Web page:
Indeed, in the one case to date in which CAMR has been used, the Canadian generic drug company supplied the medicine to Rwanda at the same price being offered by Indian generic manufacturers (19.5 US cents/tablet or 39 cents per daily dose of two tablets) and won the contract through a competitive bidding process. Rwanda has since purchased more of this medicine from Indian generic manufacturers at essentially the same price, showing that the price offered by Canadian manufacturers can be competitive — but the hurdles in the CAMR process impede its use.
Furthermore, the simpler it is for developing countries and generic manufacturers to use CAMR to supply multiple developing countries, the greater economies of scale and the lower the costs of production that can be achieved by generic manufacturers in Canada — making them more competitive. As it stands, CAMR impedes effective competition by Canadian generic companies. Those who support greater competition in the market, including by Canadian companies, should support the “one-licence solution” proposed by Bill C-398, since it would make it easier for Canadian companies to compete globally to supply medicines at the lowest possible price — and more competition ultimately benefits developing countries that need to purchase medicines and hence the patients in those countries.
MYTH: Streamlining CAMR would undermine incentives for brand-name pharmaceutical companies to research and develop new medicines FACT: This claim is not credible. Exports to high-income countries, in which brand-name pharmaceutical companies make the vast majority of their profits and on which they base their decisions about R&D, are not authorized by CAMR. CAMR only authorizes exports of generic versions of patented medicines to certain eligible countries — and these countries were already agreed upon by Canada and all WTO Members in 2003 and are already reflected in the current CAMR as created by Parliament in 2004. These countries represent a minor portion of total global pharmaceutical sales and the profits of brand-name pharmaceutical companies. For example, the entire continent of Africa, the hardest hit by the AIDS pandemic, represents roughly 2 percent of global pharmaceutical sales. As brand-name drug companies make little or no profit in developing countries, these markets have little or no impact on their investments in research and development (R&D). Leading Canadian academic experts in the economics of the pharmaceutical industry also testified to this effect before the House of Commons Industry Committee.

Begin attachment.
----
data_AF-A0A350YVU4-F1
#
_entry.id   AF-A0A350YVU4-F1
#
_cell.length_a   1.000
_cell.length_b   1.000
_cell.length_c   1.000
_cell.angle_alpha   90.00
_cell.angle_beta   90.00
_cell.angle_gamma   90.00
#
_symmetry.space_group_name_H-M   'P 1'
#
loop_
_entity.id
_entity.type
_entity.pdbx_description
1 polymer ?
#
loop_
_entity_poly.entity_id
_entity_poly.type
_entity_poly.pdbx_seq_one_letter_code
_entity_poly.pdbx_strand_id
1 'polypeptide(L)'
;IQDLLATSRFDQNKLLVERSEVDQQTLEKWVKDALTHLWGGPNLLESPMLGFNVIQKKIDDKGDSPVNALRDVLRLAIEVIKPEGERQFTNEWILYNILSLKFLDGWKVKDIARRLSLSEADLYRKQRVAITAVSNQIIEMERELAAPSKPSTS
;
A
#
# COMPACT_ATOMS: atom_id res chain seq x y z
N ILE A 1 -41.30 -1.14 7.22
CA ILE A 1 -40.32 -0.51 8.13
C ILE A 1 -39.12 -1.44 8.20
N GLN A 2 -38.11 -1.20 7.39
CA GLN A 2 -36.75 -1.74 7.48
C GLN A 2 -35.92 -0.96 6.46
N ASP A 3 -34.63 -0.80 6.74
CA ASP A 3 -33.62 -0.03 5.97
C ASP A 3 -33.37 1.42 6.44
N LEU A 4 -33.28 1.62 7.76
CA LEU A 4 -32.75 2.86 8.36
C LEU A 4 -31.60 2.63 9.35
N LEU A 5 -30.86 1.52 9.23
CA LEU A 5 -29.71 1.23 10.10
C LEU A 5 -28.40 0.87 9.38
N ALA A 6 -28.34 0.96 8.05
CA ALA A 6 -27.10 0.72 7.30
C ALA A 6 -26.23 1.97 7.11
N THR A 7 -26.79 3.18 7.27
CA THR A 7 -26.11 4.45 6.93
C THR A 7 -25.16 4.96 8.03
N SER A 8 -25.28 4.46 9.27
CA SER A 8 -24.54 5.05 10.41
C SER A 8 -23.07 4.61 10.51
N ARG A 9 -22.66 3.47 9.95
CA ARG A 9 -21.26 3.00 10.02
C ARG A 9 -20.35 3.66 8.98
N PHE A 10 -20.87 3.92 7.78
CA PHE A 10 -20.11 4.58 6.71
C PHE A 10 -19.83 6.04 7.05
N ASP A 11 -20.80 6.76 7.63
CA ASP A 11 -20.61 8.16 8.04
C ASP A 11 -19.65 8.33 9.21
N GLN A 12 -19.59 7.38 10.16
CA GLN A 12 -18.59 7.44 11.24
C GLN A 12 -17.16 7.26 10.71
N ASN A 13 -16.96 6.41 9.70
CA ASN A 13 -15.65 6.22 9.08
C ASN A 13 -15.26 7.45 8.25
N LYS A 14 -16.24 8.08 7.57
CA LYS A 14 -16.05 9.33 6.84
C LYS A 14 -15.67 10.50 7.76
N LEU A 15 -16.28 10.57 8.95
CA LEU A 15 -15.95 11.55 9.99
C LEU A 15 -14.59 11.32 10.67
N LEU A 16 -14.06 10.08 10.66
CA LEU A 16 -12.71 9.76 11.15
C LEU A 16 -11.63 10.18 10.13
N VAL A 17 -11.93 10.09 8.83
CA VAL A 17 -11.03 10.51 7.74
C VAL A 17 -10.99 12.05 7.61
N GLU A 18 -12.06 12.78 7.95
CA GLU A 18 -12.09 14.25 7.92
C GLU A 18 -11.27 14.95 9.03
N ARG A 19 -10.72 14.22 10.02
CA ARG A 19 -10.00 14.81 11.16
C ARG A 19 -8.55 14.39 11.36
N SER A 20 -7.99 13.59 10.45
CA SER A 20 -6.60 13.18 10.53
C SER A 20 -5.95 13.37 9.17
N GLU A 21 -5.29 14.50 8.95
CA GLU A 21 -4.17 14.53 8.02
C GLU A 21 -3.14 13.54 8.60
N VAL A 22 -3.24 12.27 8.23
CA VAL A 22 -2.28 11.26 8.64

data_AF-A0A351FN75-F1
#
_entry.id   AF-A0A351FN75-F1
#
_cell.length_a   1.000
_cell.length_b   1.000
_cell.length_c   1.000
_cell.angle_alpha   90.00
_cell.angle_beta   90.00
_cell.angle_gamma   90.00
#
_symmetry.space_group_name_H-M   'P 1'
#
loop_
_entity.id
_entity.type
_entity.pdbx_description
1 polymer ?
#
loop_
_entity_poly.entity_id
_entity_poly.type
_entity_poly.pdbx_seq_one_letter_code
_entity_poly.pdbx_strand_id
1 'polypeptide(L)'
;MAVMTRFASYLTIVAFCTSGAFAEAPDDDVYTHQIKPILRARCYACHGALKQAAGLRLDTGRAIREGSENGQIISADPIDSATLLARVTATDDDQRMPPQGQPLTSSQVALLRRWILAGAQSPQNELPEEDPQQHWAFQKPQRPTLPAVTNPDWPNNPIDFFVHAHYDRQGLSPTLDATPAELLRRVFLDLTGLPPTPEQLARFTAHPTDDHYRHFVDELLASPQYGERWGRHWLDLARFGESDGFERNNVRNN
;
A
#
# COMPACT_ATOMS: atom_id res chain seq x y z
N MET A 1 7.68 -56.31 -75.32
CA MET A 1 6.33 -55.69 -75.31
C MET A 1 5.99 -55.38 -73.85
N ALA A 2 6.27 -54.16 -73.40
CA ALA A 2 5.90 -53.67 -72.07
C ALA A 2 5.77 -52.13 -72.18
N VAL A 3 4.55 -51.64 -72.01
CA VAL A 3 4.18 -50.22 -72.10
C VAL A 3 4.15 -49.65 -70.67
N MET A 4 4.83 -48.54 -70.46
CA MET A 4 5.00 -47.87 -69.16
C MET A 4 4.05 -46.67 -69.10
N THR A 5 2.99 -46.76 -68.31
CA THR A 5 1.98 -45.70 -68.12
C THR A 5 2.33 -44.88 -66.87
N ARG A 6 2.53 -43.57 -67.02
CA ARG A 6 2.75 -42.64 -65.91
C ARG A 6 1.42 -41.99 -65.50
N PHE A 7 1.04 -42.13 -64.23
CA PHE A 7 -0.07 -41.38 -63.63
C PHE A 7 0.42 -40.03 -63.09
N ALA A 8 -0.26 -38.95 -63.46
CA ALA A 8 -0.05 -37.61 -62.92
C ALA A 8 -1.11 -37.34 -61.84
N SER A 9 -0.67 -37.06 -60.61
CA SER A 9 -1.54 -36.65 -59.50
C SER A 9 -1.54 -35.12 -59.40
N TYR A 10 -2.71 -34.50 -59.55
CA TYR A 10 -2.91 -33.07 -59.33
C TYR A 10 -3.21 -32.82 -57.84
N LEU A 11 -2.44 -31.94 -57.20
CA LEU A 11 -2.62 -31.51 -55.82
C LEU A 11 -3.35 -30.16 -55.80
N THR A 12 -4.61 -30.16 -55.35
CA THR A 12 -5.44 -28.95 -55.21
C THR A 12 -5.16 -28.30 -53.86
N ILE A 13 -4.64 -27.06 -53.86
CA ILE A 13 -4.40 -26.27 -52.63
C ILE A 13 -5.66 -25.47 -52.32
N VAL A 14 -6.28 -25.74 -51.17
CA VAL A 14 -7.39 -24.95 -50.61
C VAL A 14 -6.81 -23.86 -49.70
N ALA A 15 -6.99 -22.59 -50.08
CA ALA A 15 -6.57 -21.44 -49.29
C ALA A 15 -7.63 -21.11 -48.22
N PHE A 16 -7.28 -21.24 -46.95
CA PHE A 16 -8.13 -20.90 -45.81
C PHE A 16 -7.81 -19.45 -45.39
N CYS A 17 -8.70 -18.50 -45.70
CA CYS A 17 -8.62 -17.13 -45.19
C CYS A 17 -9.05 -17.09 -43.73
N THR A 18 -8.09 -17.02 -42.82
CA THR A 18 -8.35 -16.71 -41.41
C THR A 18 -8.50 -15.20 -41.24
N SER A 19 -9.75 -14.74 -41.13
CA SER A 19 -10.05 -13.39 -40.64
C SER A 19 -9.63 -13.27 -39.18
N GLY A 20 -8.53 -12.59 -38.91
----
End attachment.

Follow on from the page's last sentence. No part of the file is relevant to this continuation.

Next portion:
Furthermore, the brand-name drug companies are entitled to receive royalties on sales of generic medicines supplied under CAMR. The proposed “one-licence solution” does not change these limitations and requirements in any way; rather, it streamlines the licensing process so that CAMR is easy to use to supply more affordable medicines to the countries already agreed upon by Parliament.
MYTH: The barrier to greater access is not the price of medicines but rather widespread poverty and inadequate health systems.
FACT: There are multiple barriers to access to medicines in the developing world, which vary from country to country and even within a given country. But major progress has been made in increasing access to treatment, including by strengthening health systems. It is simply inaccurate to claim the quality of health or physical infrastructure in some developing countries presents an insurmountable challenge to delivering affordable medicines. For example, with determination and innovative approaches, AIDS treatment is being delivered effectively in some of the most resource-limited settings imaginable. In just a few years, millions of people have been put on life-saving AIDS drugs in developing countries thanks to both effective global investments in health systems (e.g., through the Global Fund to Fight AIDS, Tuberculosis and Malaria) and the use of generic medicines purchased at dramatically lower prices.